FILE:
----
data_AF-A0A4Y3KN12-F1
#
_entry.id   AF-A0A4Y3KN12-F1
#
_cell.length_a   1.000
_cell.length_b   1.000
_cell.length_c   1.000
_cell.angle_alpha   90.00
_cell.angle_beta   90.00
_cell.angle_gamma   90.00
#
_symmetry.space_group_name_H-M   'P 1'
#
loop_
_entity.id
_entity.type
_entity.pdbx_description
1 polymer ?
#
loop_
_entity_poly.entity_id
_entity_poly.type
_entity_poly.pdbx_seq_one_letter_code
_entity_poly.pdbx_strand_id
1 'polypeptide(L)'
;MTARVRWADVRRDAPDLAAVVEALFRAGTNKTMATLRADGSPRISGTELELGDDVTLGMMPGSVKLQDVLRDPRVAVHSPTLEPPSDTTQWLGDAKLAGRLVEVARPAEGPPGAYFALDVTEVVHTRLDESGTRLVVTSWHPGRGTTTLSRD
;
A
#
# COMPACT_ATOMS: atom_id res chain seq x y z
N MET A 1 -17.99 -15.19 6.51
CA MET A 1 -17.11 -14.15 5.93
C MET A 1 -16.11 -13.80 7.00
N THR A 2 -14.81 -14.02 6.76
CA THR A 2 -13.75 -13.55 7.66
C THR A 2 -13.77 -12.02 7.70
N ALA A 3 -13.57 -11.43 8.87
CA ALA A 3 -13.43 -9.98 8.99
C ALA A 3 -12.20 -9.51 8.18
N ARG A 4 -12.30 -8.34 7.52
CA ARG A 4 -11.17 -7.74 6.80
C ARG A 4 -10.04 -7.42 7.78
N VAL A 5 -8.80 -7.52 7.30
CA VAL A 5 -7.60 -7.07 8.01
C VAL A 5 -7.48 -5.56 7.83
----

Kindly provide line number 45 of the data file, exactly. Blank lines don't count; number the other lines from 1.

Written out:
C VAL A 5 -7.48 -5.56 7.83